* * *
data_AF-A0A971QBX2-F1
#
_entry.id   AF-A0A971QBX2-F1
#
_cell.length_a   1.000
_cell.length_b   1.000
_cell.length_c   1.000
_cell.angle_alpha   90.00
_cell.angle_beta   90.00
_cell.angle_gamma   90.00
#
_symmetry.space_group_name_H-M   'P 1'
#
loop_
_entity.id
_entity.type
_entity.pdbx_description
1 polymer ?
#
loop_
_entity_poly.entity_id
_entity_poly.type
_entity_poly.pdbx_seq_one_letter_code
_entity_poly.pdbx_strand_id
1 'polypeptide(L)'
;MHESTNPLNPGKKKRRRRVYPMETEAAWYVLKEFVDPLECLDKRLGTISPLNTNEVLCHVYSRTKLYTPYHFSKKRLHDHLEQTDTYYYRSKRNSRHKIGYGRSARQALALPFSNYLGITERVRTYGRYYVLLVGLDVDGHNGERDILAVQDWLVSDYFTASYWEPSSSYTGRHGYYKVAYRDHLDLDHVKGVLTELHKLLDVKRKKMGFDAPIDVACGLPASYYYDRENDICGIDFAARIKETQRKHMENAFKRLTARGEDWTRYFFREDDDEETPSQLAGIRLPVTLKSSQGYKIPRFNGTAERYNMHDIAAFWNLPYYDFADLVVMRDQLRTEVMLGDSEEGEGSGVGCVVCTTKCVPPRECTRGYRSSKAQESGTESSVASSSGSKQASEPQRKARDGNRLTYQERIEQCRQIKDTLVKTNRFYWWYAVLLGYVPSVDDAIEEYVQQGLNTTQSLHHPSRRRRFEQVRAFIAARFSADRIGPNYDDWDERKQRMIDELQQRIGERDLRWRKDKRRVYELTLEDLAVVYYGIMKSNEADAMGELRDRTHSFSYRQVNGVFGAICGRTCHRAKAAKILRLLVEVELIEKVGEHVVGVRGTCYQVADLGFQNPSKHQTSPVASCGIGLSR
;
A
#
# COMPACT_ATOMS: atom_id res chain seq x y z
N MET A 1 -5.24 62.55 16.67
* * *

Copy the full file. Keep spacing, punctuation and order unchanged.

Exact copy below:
data_AF-A0A971QBX2-F1
#
_entry.id   AF-A0A971QBX2-F1
#
_cell.length_a   1.000
_cell.length_b   1.000
_cell.length_c   1.000
_cell.angle_alpha   90.00
_cell.angle_beta   90.00
_cell.angle_gamma   90.00
#
_symmetry.space_group_name_H-M   'P 1'
#
loop_
_entity.id
_entity.type
_entity.pdbx_description
1 polymer ?
#
loop_
_entity_poly.entity_id
_entity_poly.type
_entity_poly.pdbx_seq_one_letter_code
_entity_poly.pdbx_strand_id
1 'polypeptide(L)'
;MHESTNPLNPGKKKRRRRVYPMETEAAWYVLKEFVDPLECLDKRLGTISPLNTNEVLCHVYSRTKLYTPYHFSKKRLHDHLEQTDTYYYRSKRNSRHKIGYGRSARQALALPFSNYLGITERVRTYGRYYVLLVGLDVDGHNGERDILAVQDWLVSDYFTASYWEPSSSYTGRHGYYKVAYRDHLDLDHVKGVLTELHKLLDVKRKKMGFDAPIDVACGLPASYYYDRENDICGIDFAARIKETQRKHMENAFKRLTARGEDWTRYFFREDDDEETPSQLAGIRLPVTLKSSQGYKIPRFNGTAERYNMHDIAAFWNLPYYDFADLVVMRDQLRTEVMLGDSEEGEGSGVGCVVCTTKCVPPRECTRGYRSSKAQESGTESSVASSSGSKQASEPQRKARDGNRLTYQERIEQCRQIKDTLVKTNRFYWWYAVLLGYVPSVDDAIEEYVQQGLNTTQSLHHPSRRRRFEQVRAFIAARFSADRIGPNYDDWDERKQRMIDELQQRIGERDLRWRKDKRRVYELTLEDLAVVYYGIMKSNEADAMGELRDRTHSFSYRQVNGVFGAICGRTCHRAKAAKILRLLVEVELIEKVGEHVVGVRGTCYQVADLGFQNPSKHQTSPVASCGIGLSR
;
A
#
# COMPACT_ATOMS: atom_id res chain seq x y z
N MET A 1 -5.24 62.55 16.67